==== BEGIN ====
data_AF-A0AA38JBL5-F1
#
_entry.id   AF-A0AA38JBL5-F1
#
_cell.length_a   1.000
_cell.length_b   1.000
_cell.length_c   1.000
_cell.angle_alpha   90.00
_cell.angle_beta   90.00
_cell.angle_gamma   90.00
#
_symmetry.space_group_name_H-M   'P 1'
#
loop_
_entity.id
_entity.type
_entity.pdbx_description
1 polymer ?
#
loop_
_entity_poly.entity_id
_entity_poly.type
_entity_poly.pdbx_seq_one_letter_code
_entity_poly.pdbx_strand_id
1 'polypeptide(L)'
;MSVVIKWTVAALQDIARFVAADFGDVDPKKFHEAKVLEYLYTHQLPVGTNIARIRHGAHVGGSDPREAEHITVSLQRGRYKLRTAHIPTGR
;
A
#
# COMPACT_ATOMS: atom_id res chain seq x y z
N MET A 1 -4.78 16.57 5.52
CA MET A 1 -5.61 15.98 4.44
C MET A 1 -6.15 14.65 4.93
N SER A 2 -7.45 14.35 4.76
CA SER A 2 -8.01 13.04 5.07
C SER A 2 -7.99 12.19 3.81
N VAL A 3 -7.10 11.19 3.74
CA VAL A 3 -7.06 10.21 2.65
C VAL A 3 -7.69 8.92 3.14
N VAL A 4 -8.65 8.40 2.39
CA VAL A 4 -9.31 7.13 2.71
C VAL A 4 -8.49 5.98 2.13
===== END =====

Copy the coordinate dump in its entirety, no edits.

data_AF-A0AA38JBL5-F1
#
_entry.id   AF-A0AA38JBL5-F1
#
_cell.length_a   1.000
_cell.length_b   1.000
_cell.length_c   1.000
_cell.angle_alpha   90.00
_cell.angle_beta   90.00
_cell.angle_gamma   90.00
#
_symmetry.space_group_name_H-M   'P 1'
#
loop_
_entity.id
_entity.type
_entity.pdbx_description
1 polymer ?
#
loop_
_entity_poly.entity_id
_entity_poly.type
_entity_poly.pdbx_seq_one_letter_code
_entity_poly.pdbx_strand_id
1 'polypeptide(L)'
;MSVVIKWTVAALQDIARFVAADFGDVDPKKFHEAKVLEYLYTHQLPVGTNIARIRHGAHVGGSDPREAEHITVSLQRGRYKLRTAHIPTGR
;
A
#
# COMPACT_ATOMS: atom_id res chain seq x y z
N MET A 1 -4.78 16.57 5.52
CA MET A 1 -5.61 15.98 4.44
C MET A 1 -6.15 14.65 4.93
N SER A 2 -7.45 14.35 4.76
CA SER A 2 -8.01 13.04 5.07
C SER A 2 -7.99 12.19 3.81
N VAL A 3 -7.10 11.19 3.74
CA VAL A 3 -7.06 10.21 2.65
C VAL A 3 -7.69 8.92 3.14
N VAL A 4 -8.65 8.40 2.39
CA VAL A 4 -9.31 7.13 2.71
C VAL A 4 -8.49 5.98 2.13